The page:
2. Write down all the add-ins that are installed. Uncheck them one-by-one and restart excel until you don’t get an error. The last one you unchecked has the error.

    3. Reregister excel by going to Start Run and typing “excel.exe /regserver” (no qutoes)

  5. thank you, but what if i want Excel to look at the contents of one cell, and use another cell’s value to calculate. That is, total values based on their definition?

  6. I created the following Macro that causes the selected and some cases the whole sheet to recalculate upon pressing Ctrl+Shift+C

    There must be a control in Excel to accomplish the same.

    Sub Macro3()

    ‘ Macro3 Macro
    ‘ Macro recorded 7/9/2007 by B2HPOHLO

    ‘ Keyboard Shortcut: Ctrl+Shift+C

    ActiveCell.FormulaR1C1 = ActiveCell.FormulaR1C1
    End Sub

  7. Harold,

    A range object has a Calculate method, so you should be able to just do something like:

    Sub HaroldCalculateSelectedCells()
     If TypeName(Selection) = “Range” Then Selection.Calculate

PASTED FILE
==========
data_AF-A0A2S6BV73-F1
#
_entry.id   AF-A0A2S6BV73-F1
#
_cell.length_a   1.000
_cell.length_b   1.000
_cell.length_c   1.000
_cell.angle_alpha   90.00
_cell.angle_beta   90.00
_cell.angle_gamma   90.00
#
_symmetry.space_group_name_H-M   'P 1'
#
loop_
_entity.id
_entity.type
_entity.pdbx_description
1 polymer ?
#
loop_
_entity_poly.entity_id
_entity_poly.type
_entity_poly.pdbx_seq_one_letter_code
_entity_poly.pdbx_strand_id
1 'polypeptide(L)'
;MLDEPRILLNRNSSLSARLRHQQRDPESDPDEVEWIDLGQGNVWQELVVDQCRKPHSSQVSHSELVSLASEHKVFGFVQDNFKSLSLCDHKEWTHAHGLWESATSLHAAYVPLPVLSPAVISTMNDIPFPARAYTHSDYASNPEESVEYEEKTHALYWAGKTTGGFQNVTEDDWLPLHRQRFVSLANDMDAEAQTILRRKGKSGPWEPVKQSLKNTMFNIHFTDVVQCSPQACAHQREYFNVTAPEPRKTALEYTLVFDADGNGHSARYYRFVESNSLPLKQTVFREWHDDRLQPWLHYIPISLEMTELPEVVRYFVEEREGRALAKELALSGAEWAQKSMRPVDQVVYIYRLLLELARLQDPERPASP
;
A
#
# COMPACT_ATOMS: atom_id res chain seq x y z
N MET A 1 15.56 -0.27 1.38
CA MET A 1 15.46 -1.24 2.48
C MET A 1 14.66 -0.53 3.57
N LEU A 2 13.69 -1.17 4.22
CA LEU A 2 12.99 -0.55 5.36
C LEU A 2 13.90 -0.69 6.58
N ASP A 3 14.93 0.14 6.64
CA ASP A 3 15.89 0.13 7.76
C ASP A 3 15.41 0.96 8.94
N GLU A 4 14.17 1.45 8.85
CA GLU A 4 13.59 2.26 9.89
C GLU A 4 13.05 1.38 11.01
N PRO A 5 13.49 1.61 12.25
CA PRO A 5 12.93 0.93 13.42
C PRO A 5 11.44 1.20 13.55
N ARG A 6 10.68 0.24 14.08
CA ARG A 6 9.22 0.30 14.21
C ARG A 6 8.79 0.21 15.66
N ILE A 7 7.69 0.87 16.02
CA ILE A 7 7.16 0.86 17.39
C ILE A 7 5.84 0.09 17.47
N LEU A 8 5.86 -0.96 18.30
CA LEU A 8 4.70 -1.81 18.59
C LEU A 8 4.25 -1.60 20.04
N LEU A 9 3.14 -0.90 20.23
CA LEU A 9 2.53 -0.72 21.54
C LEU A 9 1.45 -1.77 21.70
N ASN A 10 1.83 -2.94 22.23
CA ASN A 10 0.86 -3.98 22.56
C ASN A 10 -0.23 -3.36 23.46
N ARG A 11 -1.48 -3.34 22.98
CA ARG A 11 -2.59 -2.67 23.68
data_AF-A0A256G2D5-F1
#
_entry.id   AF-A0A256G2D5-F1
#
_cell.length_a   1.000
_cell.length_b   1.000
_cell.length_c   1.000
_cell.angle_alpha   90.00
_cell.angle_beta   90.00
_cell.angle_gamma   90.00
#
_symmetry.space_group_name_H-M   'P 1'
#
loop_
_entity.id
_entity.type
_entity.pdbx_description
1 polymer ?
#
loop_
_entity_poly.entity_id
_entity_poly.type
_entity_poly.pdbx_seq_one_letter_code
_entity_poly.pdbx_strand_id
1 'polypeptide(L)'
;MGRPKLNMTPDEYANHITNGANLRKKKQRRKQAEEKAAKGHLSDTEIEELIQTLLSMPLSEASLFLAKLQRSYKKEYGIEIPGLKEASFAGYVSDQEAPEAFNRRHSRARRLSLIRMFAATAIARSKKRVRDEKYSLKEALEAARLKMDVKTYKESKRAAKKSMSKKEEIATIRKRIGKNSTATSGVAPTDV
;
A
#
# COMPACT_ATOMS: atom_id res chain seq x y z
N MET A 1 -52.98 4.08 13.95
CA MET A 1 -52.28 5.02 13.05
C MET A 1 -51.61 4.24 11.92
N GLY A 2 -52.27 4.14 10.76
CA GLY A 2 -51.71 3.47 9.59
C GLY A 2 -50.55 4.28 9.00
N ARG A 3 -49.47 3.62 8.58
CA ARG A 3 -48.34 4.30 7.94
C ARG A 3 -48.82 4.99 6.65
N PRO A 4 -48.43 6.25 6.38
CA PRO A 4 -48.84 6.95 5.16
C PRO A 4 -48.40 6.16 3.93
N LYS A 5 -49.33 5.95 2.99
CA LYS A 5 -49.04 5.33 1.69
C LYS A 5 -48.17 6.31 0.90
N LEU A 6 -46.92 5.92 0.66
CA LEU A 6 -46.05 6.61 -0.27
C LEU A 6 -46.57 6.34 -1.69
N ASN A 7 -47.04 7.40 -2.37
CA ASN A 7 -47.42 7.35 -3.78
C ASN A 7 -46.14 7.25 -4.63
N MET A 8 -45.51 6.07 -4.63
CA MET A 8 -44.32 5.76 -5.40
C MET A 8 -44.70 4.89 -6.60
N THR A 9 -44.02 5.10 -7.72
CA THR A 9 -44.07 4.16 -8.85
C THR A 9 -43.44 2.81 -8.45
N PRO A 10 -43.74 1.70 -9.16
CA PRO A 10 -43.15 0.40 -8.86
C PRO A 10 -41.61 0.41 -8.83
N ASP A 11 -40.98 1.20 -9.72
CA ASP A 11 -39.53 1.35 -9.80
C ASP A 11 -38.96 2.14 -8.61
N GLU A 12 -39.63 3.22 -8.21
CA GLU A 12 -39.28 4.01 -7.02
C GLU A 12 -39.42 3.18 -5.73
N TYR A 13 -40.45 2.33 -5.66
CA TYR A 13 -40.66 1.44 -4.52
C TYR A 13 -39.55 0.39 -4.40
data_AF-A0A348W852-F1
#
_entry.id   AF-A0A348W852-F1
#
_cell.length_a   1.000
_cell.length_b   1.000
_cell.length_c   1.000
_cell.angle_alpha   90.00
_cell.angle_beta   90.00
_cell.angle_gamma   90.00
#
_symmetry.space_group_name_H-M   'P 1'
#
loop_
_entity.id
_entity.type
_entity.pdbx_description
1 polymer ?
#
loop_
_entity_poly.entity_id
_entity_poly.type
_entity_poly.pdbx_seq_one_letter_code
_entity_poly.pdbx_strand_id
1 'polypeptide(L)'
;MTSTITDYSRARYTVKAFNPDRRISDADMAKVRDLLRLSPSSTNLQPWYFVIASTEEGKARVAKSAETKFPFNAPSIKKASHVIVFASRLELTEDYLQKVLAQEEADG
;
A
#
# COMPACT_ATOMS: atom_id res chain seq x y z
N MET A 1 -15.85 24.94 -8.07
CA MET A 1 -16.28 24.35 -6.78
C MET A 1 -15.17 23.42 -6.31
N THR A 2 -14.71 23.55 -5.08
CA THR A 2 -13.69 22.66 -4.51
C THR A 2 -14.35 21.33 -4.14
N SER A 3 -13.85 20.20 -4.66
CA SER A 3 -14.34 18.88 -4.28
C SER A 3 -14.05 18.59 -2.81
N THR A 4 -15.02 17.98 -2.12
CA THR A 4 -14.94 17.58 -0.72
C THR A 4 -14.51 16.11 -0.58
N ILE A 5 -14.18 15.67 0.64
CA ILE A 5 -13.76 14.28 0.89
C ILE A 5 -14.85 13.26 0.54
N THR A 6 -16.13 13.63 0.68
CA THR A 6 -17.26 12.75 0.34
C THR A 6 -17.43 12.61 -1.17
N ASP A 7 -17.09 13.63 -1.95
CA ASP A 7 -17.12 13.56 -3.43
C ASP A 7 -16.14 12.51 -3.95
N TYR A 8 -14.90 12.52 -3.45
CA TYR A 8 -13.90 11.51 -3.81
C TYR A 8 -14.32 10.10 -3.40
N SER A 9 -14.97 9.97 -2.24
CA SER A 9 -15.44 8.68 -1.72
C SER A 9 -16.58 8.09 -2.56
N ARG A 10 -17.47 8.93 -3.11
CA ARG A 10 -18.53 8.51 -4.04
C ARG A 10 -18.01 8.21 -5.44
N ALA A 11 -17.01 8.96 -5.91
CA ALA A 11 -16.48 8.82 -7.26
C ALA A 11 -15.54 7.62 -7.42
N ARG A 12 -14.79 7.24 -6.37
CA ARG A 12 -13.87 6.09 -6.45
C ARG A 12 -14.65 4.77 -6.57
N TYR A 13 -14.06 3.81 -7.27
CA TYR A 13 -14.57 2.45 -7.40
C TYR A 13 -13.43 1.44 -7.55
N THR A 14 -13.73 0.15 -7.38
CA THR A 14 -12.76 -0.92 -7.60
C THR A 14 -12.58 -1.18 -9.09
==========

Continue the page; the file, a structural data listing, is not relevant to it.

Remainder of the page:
End Sub


  8. I am having trouble entering a range arguement for my functions.

    The following Function should read the cell designated by the range x hwever it does not work. Any thoughts?

    ReadCell(x As Range)
    ReadCell = Cells(x).Value
    End Function

  9. “Jeffrey: Since x is already a range, you’d use

    ReadCell = x.Value”

    Or just declare it as a double (or whatever it is) rather than a range:

    If x is a single cell:

    ReadCell(x As Double)
    ReadCell = x
    End Function

    Or if x is a multicell range, declare it as a Variant:

    ReadCell(x As Variant)
    ‘ This line converts x from a range object into an array, it speeds things up hugely!
    x = x.value
    ‘ Then read whichever value you want from the array
    ReadCell = x(1,1)
    End Function

    “As far as I know, I’ve never written a function that I’ve used in a cell AND called from a Sub procedure. It’s usually one or the other.”

    I do that all the time. Like this:

    Function RtoP(Coords As Variant, Optional Origin As Variant, Optional Result As Long) As Variant
    Dim …

    If TypeName(Coords) = “Range” Then
    Coords = Coords.Value
    End If

    So if the function is called from a worksheet, and Coords is a range, it gets converted into an array. If it is called from a sub it will usually be an array already, but if it isn’t it gets converted.